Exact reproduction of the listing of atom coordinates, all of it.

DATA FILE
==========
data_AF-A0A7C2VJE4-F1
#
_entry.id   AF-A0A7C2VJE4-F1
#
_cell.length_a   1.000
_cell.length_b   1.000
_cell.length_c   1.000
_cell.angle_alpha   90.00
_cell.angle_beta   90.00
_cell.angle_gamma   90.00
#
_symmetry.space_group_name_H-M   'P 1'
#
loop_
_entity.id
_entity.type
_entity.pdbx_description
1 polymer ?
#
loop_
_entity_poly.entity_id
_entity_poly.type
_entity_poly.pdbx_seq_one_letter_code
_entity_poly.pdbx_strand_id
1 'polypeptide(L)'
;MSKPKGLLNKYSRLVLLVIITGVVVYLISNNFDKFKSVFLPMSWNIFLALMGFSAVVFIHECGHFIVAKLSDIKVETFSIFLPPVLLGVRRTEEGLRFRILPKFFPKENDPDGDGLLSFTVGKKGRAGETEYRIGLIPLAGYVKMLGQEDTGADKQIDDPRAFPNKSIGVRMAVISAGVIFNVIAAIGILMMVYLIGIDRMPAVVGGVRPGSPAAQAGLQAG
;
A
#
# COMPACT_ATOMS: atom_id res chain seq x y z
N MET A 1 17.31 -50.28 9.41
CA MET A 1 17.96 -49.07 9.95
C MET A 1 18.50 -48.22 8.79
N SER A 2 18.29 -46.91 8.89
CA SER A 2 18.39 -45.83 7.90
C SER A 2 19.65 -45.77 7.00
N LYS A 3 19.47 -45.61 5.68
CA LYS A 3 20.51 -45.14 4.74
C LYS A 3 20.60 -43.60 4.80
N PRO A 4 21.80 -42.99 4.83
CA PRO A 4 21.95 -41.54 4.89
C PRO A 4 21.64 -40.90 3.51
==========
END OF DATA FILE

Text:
data_AF-A0A7C2VJE4-F1
#
_entry.id   AF-A0A7C2VJE4-F1
#
_cell.length_a   1.000
_cell.length_b   1.000
_cell.length_c   1.000
_cell.angle_alpha   90.00
_cell.angle_beta   90.00
_cell.angle_gamma   90.00
#
_symmetry.space_group_name_H-M   'P 1'
#
loop_
_entity.id
_entity.type
_entity.pdbx_description
1 polymer ?
#
loop_
_entity_poly.entity_id
_entity_poly.type
_entity_poly.pdbx_seq_one_letter_code
_entity_poly.pdbx_strand_id
1 'polypeptide(L)'
;MSKPKGLLNKYSRLVLLVIITGVVVYLISNNFDKFKSVFLPMSWNIFLALMGFSAVVFIHECGHFIVAKLSDIKVETFSIFLPPVLLGVRRTEEGLRFRILPKFFPKENDPDGDGLLSFTVGKKGRAGETEYRIGLIPLAGYVKMLGQEDTGADKQIDDPRAFPNKSIGVRMAVISAGVIFNVIAAIGILMMVYLIGIDRMPAVVGGVRPGSPAAQAGLQAG
;
A
#
# COMPACT_ATOMS: atom_id res chain seq x y z
N MET A 1 17.31 -50.28 9.41
CA MET A 1 17.96 -49.07 9.95
C MET A 1 18.50 -48.22 8.79
N SER A 2 18.29 -46.91 8.89
CA SER A 2 18.39 -45.83 7.90
C SER A 2 19.65 -45.77 7.00
N LYS A 3 19.47 -45.61 5.68
CA LYS A 3 20.51 -45.14 4.74
C LYS A 3 20.60 -43.60 4.80
N PRO A 4 21.80 -42.99 4.83
CA PRO A 4 21.95 -41.54 4.89
C PRO A 4 21.64 -40.90 3.51